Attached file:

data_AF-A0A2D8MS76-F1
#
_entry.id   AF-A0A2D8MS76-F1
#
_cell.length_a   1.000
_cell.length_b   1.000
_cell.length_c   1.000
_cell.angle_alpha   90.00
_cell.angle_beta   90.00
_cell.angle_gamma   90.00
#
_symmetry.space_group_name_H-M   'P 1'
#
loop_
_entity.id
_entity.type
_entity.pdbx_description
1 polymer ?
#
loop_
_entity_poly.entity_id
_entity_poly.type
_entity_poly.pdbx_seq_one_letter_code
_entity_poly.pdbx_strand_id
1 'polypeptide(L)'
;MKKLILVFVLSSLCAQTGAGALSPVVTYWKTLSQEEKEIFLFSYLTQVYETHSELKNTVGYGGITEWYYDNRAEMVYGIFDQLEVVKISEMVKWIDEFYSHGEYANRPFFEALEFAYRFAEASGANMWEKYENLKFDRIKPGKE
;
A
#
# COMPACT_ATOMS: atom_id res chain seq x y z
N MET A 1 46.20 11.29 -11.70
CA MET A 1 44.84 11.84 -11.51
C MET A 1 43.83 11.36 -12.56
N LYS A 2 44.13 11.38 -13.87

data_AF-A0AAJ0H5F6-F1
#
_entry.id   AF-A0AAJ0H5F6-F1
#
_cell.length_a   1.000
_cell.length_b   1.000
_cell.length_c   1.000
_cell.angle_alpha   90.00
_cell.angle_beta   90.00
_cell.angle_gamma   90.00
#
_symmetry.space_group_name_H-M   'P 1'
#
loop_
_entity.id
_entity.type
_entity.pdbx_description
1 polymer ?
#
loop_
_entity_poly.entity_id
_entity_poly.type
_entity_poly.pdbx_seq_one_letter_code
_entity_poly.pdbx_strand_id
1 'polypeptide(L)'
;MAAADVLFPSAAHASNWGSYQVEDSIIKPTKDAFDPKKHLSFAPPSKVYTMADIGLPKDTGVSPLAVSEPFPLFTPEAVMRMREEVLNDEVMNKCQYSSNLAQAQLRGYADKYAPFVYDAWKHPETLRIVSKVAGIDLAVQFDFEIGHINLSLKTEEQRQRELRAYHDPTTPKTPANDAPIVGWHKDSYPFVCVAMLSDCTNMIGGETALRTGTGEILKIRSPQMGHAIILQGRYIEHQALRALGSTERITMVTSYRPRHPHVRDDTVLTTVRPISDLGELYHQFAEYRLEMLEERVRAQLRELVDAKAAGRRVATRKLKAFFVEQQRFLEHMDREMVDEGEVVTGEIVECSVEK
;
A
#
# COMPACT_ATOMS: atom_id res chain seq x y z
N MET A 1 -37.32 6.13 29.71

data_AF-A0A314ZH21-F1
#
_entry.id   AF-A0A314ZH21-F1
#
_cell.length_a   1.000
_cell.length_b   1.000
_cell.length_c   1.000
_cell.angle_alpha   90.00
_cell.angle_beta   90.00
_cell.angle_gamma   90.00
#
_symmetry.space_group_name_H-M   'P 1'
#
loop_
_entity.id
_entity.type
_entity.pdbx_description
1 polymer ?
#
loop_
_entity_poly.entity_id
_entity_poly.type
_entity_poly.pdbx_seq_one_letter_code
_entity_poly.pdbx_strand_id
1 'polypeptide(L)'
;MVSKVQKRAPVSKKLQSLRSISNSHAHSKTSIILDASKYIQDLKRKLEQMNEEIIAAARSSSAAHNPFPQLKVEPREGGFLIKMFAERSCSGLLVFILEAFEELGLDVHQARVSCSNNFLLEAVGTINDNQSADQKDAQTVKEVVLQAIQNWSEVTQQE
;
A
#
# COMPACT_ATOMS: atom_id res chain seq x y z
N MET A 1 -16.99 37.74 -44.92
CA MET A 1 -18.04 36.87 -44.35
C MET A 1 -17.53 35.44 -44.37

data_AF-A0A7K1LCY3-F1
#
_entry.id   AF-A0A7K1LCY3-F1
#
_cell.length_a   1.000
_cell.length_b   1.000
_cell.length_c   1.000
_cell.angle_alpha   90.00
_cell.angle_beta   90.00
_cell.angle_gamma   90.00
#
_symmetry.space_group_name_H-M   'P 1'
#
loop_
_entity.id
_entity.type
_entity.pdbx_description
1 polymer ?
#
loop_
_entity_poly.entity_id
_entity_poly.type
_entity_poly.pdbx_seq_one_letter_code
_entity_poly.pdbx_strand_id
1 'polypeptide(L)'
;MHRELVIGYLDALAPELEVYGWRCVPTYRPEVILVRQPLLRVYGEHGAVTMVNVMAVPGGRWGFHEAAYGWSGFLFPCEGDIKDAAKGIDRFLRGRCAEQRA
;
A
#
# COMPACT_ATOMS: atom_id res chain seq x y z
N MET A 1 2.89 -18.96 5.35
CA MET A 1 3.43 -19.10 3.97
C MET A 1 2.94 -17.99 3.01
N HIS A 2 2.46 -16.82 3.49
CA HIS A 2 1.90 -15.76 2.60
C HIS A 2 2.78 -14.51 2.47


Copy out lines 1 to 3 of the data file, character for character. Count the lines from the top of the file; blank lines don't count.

data_AF-A0A2D8MS76-F1
#
_entry.id   AF-A0A2D8MS76-F1